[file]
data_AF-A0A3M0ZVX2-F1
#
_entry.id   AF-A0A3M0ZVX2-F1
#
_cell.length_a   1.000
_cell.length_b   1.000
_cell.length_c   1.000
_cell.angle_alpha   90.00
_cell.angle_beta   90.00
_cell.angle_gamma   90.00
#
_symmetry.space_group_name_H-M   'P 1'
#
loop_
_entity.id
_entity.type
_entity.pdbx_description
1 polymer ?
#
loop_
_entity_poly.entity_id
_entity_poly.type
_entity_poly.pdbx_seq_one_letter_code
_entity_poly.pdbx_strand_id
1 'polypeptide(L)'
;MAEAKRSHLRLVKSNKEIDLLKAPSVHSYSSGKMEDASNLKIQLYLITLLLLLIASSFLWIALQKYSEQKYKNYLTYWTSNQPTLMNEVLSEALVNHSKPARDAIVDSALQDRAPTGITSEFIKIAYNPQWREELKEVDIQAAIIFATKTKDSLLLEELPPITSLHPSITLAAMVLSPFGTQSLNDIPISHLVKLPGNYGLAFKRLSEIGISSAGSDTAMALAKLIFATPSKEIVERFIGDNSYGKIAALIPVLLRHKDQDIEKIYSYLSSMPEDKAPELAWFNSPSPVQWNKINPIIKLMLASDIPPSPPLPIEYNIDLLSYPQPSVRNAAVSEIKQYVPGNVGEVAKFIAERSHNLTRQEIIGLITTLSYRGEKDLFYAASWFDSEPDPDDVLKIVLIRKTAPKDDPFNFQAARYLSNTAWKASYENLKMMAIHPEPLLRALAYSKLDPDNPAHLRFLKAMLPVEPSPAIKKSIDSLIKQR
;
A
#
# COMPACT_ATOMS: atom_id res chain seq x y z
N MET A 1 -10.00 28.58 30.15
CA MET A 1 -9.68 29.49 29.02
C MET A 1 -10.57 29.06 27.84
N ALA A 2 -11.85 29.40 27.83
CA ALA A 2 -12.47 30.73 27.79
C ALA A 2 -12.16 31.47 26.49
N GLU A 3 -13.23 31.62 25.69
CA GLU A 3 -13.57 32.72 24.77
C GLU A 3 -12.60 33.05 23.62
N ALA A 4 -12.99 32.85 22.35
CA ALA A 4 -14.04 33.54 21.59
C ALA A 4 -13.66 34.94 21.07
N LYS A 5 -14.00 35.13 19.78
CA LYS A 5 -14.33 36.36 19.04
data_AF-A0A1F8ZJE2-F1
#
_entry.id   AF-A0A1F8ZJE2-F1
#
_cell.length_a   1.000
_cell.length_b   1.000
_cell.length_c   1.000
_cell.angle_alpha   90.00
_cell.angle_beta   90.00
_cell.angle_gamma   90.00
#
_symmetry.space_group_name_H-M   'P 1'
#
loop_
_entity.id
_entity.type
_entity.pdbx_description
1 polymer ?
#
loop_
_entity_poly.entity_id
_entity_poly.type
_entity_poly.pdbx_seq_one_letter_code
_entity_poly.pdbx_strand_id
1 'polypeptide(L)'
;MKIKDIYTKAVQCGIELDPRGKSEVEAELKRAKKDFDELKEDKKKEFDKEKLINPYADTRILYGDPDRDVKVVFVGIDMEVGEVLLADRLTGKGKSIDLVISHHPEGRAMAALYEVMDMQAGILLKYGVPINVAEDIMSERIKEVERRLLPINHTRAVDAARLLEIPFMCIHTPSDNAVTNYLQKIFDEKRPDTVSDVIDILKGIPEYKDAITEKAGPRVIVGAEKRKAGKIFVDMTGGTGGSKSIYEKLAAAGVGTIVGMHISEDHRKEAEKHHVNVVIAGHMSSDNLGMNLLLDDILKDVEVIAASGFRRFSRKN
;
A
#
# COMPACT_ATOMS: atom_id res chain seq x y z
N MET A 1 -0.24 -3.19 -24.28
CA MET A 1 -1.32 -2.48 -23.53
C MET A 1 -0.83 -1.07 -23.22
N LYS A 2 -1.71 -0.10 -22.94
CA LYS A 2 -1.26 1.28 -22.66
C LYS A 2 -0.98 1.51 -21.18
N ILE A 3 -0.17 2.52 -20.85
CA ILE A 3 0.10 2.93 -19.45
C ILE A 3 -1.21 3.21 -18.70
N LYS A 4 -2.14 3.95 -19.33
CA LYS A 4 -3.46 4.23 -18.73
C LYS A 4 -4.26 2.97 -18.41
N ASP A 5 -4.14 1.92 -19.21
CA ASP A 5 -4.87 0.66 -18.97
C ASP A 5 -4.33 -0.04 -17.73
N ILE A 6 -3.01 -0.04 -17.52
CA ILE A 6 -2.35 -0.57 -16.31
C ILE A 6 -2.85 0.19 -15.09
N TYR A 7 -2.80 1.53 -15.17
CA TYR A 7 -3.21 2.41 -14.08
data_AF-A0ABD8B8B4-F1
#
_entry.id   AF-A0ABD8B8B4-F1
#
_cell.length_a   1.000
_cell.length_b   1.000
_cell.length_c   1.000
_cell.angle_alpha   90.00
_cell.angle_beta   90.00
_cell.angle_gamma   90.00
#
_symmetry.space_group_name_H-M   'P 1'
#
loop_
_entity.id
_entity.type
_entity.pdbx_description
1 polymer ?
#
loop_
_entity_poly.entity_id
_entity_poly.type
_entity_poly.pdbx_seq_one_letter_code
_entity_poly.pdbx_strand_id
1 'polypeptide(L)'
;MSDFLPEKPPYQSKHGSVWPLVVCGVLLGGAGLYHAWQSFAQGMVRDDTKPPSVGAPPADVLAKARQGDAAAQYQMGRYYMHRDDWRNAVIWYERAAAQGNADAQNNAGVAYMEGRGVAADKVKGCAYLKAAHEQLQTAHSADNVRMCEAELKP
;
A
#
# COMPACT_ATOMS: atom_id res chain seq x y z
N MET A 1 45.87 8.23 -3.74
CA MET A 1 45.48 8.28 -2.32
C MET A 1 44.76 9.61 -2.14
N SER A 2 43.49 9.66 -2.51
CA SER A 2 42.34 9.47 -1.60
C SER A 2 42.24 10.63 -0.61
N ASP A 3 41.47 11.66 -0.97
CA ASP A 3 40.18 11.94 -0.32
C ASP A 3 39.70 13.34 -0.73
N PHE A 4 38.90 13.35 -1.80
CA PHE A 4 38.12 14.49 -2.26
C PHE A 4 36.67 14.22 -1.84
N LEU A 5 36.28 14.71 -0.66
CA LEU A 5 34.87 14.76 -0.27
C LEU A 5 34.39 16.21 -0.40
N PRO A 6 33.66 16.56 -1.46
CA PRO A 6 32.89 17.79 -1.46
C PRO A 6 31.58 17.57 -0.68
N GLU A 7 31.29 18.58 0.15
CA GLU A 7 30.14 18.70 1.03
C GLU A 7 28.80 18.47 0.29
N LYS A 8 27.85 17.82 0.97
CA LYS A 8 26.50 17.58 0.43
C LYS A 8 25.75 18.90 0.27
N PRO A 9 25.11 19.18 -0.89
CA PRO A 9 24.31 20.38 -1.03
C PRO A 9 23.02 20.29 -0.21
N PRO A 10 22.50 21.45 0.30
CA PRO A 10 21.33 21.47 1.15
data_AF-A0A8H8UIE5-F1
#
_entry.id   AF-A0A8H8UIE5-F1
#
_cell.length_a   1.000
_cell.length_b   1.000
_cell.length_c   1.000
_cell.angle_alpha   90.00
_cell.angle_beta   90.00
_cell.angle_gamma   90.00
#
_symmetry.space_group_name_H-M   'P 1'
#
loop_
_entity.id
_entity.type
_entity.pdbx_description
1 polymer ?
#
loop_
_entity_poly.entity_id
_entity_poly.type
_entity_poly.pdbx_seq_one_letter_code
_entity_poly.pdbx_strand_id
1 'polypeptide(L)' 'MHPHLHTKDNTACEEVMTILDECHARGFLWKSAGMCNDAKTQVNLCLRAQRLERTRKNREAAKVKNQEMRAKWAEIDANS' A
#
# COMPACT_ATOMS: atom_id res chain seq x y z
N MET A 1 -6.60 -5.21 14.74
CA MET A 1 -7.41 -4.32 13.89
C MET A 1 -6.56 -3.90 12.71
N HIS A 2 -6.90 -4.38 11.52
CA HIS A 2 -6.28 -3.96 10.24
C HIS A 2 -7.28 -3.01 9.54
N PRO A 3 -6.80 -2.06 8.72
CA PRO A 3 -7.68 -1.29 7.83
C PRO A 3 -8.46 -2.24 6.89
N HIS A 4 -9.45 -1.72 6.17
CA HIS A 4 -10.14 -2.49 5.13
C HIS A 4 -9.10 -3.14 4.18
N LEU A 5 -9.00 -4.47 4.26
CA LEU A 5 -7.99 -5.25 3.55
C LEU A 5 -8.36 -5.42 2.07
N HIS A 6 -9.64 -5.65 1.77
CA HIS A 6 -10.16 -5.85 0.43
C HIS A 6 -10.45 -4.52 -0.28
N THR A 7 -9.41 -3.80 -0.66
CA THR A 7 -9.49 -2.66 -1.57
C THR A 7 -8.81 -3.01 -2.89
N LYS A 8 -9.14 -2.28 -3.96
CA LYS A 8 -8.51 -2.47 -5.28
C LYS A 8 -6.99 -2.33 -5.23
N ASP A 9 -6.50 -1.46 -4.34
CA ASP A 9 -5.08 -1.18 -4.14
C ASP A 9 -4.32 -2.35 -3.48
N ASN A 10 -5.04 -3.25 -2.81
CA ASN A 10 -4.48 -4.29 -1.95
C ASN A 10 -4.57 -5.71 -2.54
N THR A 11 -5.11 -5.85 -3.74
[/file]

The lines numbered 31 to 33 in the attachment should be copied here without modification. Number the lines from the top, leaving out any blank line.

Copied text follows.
N MET A 1 -10.00 28.58 30.15
CA MET A 1 -9.68 29.49 29.02
C MET A 1 -10.57 29.06 27.84